David Brooks vs. David Brooks

It was obvious almost immediately that David Brooks’ latest column would be problematic — the conservative New York Times writer described Mitt Romney as “earnest” in the first paragraph.

Love Romney or hate him, earnestness isn’t one of his strong points.

Alas, the column only got worse, with Brooks praising Romney’s “impressive” campaign and “serious” candidacy. The columnist seemed especially pleased by the former governor’s speech on debt-reduction last week, which Brooks described as “his most important speech yet.”

It was politically astute and substantively bold, a quality you don’t automatically associate with the Romney campaign. Romney grasped the toughest issue — how to reform entitlements to avoid a fiscal catastrophe — and he sketched out a sophisticated way to address it. […]

Romney’s plan still has some holes in it (how fast would premium supports grow?), but it exemplifies the sort of big reformist vision that should be at the center of a serious Republican campaign.

It’s tough to know where to start with this, so let’s get some of the basics out of the way. First, Brooks praises Romney’s ability to eliminate the 2002 Olympics’ deficit, without explaining that Romney sought and received a congressional bailout for the games (it’s easier to eliminate a deficit when lawmakers start directing tax dollars your way). Second, Brooks overlooks relevant details of Romney’s so-called debt-reduction plan, including the fact that it’s impossible to shrink the deficit if a Romney administration follows through on its promise to increase defense spending and approve trillions in additional tax cuts.

There’s also the small matter of this “serious” candidate thinking he can improve the nation’s finances by gutting the Corporation for Public Broadcasting and eliminating Planned Parenthood — which is practically the definition of being fundamentally unserious.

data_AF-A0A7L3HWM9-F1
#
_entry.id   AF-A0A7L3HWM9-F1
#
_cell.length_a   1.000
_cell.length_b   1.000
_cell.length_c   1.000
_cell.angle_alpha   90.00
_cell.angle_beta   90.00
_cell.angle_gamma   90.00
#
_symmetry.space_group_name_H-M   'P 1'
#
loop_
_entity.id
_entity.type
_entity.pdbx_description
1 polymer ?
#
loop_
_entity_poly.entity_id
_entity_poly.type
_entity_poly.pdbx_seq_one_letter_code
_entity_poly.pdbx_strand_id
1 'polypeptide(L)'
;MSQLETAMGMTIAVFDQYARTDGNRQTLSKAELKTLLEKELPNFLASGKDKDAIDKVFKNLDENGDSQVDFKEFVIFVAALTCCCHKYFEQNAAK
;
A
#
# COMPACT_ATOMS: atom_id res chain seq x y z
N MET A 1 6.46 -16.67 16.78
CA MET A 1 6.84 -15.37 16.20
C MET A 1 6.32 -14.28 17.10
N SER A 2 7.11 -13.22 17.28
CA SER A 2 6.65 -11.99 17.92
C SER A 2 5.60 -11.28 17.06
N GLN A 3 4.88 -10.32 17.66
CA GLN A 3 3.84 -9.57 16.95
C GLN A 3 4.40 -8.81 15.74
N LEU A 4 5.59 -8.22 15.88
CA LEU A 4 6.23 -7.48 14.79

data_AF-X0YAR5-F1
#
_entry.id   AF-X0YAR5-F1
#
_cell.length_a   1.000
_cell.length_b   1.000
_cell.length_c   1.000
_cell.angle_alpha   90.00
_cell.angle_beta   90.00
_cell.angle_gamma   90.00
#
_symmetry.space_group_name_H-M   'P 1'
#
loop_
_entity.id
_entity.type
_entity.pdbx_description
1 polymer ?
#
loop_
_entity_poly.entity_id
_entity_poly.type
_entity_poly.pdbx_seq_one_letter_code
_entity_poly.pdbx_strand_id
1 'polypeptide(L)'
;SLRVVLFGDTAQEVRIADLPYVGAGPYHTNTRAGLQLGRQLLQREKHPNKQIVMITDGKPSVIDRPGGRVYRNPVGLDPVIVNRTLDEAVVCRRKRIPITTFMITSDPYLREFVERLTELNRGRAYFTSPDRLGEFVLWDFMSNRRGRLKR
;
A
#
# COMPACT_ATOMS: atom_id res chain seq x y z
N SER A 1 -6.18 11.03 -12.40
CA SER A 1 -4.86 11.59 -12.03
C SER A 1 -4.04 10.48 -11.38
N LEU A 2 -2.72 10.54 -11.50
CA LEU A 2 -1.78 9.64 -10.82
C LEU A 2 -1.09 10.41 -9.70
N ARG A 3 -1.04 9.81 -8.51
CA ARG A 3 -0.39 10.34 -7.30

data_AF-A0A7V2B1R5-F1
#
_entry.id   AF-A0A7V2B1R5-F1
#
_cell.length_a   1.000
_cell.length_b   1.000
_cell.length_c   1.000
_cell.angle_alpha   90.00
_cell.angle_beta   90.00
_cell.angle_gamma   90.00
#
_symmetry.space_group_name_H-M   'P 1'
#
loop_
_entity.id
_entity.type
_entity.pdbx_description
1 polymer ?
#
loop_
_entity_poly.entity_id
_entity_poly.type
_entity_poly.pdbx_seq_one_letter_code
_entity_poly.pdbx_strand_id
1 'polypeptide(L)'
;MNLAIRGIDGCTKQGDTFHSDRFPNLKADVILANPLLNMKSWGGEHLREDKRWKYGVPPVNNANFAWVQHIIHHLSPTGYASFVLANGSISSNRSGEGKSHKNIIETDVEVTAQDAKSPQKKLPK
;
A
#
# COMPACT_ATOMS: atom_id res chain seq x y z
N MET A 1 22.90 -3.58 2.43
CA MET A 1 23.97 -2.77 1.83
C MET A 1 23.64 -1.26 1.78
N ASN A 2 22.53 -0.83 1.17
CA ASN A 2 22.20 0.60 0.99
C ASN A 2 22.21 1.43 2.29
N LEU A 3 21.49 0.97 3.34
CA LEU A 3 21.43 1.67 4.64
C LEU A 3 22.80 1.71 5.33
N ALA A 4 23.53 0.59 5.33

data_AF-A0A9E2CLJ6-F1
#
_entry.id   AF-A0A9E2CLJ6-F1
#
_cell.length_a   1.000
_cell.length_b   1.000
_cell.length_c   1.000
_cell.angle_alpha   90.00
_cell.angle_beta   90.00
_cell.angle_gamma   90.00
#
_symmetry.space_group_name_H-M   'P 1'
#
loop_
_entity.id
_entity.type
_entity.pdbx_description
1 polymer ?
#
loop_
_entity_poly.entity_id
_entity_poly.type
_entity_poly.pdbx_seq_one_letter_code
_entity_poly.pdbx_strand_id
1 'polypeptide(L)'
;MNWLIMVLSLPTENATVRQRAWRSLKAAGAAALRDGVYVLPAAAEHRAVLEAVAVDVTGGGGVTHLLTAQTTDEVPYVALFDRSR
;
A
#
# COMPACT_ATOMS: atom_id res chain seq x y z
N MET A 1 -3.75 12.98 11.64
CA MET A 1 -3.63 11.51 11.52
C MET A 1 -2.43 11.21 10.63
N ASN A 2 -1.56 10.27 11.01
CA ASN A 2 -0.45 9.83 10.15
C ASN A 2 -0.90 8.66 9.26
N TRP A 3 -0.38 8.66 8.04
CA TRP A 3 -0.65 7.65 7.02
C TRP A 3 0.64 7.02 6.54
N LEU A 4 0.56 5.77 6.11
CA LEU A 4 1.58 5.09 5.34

But let’s put all of that aside, and instead debate this on Brooks’ turf.

The columnist is impressed with Romney’s approach to Medicare. He shouldn’t be. For all of his alleged “seriousness,” Romney falsely (and cheaply) attacked President Obama for “cutting” Medicare, endorsed raising the eligibility age (which would make matters worse), and threw his support behind Paul Ryan-style vouchers. How much would the vouchers be worth? Romney didn’t say. Would they keep up with escalating costs? Romney didn’t say.

For Brooks to consider this “sophisticated” is to strip the word of all meaning.

But what I’d really love is for David Brooks to remember previous columns written by David Brooks.

In April, for example, the columnist trashed the Ryan plan that Romney’s agenda mirrors. Three months later, Brooks said Republican debt-reduction plans that don’t focus on revenue are irresponsible, and sure enough, Romney’s speech made no effort to bring in additional revenue.

November Brooks seems awfully impressed with Romney’s conservative agenda. Would July Brooks have said the same thing?